One of the most disturbing features is that the Constitution does not control any one. Everyone is free to act as he pleases. The members of the Legislature, meant to vote on the laws which should govern the polity choose to be administrative officers, in charge of transfers, postings, distribution of patronage and so on. The MP has a fund of Rs. One Crore (or is it Rs. two Crores now) to spend as he feels fit. The MLA is having five lakhs or so to spend on the schemes of his liking. The judiciary, charged by the Constitution with adjudication duties, lays down the laws. It takes over the investigation of the crimes e.g. the havala scandal (incidentally the same judiciary acquitted everyone in the havala scandal on the basis of lack of evidence without bothering to ensure the investigation was thorough and watertight). It takes on the issues of pollution, environment, cruelty toward animals and other extraneous issues. The so-called social reforms are not carried out in the field with dedication, devotion and the sense of duty towards the fellow beings. It is carried out in the courts with skill of oration, legal niceties and an ever present eye towards publicity that the individual can get out of the issue. The judiciary sanctions itself new pay-scales, new pension rules, new perks, increases its own age of retirement, lays down its own scheme of law without regard to Constitution or the government of the day. In order to give itself more powers it creates the myth of inviolable parts of the Constitution. The election Commission, meant by the Constitution to conduct the elections in accordance with the laws laid down by Parliament, instead chooses to reform the electoral law, imposing all sorts of restrictions on electioneering, even trying to decide what should be or should not be the issues in the elections.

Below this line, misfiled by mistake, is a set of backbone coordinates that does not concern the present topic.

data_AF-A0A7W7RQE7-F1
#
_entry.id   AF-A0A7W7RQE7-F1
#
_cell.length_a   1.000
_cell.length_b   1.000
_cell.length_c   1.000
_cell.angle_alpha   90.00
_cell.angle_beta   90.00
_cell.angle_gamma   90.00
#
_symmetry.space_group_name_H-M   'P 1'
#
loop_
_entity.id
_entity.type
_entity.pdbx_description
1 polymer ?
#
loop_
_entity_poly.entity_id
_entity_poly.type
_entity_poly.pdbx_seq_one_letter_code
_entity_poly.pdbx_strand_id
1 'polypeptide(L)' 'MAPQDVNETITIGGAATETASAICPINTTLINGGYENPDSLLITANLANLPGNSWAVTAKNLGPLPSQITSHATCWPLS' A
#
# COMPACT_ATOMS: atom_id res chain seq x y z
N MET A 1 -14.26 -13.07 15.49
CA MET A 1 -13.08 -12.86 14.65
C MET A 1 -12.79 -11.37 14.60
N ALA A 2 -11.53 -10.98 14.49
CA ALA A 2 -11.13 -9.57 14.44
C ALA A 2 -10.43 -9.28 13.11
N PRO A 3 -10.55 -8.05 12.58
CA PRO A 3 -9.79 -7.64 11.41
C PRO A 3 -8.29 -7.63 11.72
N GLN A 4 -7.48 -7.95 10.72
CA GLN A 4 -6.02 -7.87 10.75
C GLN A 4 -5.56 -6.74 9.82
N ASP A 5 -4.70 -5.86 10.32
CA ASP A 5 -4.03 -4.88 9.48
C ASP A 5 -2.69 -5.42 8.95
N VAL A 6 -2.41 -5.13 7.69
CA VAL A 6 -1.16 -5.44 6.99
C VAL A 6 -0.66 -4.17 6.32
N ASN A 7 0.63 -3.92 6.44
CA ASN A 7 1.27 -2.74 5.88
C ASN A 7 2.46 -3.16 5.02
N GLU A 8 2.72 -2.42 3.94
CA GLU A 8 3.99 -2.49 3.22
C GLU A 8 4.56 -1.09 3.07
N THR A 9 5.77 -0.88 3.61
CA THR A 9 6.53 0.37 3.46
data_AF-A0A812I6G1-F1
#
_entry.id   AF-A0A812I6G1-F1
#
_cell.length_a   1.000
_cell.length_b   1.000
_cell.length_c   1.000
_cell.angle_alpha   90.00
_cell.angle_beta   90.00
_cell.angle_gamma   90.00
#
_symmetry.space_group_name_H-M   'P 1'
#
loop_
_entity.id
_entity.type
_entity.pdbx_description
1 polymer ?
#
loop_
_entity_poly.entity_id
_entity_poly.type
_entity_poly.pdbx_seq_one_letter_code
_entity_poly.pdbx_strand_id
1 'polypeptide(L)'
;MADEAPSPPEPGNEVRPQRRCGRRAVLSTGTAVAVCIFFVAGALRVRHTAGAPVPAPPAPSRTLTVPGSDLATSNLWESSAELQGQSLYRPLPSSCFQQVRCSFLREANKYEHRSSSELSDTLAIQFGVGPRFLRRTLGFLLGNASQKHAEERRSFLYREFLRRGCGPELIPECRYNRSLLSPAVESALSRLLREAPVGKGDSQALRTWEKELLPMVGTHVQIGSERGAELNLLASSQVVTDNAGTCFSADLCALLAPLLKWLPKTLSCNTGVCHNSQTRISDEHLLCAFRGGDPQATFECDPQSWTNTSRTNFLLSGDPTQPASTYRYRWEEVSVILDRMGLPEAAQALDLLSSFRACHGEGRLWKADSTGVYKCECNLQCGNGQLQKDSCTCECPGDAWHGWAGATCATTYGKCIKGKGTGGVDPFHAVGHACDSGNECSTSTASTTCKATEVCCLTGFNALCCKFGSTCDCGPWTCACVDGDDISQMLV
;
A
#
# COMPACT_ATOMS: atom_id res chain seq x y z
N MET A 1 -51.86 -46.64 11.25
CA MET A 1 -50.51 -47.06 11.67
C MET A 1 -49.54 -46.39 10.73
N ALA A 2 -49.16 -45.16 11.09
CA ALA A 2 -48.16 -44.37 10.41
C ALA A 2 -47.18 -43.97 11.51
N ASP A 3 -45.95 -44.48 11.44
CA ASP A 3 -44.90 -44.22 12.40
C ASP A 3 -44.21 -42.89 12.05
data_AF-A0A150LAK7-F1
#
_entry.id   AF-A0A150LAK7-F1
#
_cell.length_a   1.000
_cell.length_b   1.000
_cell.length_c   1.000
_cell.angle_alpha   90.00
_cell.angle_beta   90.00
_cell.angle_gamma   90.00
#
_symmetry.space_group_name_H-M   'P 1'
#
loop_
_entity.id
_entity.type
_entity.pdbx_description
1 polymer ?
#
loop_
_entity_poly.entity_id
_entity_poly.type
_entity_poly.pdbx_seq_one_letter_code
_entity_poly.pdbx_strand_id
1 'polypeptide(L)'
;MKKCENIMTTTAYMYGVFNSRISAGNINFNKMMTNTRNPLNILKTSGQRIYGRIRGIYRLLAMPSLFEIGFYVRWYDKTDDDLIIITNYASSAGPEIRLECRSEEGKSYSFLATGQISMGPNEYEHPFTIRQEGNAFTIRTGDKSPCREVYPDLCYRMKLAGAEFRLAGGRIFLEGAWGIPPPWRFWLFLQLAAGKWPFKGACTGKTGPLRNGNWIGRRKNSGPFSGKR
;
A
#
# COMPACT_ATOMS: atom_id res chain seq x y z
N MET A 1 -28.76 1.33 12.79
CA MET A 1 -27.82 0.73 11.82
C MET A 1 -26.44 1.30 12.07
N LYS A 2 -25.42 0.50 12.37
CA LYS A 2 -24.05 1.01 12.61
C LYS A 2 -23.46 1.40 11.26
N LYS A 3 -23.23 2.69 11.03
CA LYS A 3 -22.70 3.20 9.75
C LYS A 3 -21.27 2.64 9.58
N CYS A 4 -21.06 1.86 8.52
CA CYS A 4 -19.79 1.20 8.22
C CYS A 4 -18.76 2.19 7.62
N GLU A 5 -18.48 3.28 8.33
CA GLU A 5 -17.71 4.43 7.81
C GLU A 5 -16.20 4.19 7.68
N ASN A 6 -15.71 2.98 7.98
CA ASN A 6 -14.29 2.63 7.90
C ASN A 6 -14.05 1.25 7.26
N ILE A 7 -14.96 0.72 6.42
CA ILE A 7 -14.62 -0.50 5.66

And yet we are told that even to think of review of the Constitution is abominable. Some of the parts are declared sacred. They cannot be touched. They are basics of the Constitution that must stay. Who made them so? Certainly the Constituent Assembly, founded in November 1946, laid no such conditions. It also must be remembered that the members of the constituent assembly had very little moral right to do so. They were not even elected on the basis of the universal suffrage. Many of those elected went to Pakistan after the Partition. Certainly none of the organisations created by the Constitution can claim to be superior to the Constitution and decide what is and what is not the intention behind the Constitution. This is merely arrogating to themselves the powers which they do not possess. It is grabbing what you can if no one is looking. This is the basic weakness of the Constitution and that is why it has to go lock, stock and barrel.
The review of the Constitution should be total, comprehensive and thorough with no regard to what individuals may think about it. In fact it a matter of pity that the review of Constitution is being looked upon with political eyes only. Even those who had set up Swaran Singh Committee to review the Constitution are speaking of agitations and protests to prevent the review of the Constitution. They talk against the presidential form of the government. They impose preconditions. This cannot be acceptable. The people are supreme. They must assert themselves and their rights. We must have a Constitution which delivers, which does not protect the unscrupulous politician, corrupt officers, self-serving judiciary, all kinds of criminals, obnoxious terrorists, the destructive obscurantists, the masquerading progressives and the fissiparous activists.